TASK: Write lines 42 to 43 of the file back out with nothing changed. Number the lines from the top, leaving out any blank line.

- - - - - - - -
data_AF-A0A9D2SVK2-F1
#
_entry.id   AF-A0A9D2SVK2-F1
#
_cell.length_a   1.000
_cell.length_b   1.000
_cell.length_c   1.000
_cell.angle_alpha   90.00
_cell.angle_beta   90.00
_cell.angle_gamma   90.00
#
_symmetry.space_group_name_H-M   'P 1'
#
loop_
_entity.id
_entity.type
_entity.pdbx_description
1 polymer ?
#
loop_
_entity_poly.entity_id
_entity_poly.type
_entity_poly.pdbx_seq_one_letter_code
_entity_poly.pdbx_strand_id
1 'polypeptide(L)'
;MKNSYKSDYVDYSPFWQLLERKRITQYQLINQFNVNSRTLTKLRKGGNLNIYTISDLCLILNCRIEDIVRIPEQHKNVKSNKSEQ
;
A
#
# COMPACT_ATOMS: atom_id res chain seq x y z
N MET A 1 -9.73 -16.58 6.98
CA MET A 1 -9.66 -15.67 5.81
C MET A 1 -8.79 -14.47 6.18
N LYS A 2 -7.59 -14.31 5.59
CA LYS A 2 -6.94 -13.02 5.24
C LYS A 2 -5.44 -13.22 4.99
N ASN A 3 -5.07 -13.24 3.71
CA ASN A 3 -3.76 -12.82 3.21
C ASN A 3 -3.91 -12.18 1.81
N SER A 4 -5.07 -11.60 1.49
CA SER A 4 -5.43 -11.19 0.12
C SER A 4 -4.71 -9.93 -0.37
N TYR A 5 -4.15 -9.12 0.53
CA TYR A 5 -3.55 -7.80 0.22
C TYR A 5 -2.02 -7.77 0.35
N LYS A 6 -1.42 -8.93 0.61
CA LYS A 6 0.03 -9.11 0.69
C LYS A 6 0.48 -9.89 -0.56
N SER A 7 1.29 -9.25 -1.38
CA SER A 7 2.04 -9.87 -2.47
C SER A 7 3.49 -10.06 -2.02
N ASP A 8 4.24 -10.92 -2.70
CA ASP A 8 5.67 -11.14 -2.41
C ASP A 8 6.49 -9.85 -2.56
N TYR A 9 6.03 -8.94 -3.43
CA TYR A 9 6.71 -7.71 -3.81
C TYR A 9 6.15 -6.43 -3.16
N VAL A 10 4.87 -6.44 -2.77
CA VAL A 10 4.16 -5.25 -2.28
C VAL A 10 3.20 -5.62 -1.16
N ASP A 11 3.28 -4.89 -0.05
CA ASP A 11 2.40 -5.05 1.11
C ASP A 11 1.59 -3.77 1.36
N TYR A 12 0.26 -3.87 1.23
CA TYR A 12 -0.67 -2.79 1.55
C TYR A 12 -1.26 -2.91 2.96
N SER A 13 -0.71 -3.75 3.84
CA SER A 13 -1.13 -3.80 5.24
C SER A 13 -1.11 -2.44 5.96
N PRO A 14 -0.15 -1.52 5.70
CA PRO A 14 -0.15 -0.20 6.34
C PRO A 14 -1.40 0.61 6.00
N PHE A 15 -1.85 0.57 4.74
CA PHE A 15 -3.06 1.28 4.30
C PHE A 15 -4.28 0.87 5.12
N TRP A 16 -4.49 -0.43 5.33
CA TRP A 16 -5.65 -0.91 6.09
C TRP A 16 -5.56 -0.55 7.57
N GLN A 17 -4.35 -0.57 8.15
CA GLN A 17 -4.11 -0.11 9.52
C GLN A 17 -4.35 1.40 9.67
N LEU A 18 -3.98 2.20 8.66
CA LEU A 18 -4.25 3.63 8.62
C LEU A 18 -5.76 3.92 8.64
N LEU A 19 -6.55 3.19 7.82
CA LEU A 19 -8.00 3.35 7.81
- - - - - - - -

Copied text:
C SER A 4 -4.71 -9.93 -0.37
N TYR A 5 -4.15 -9.12 0.53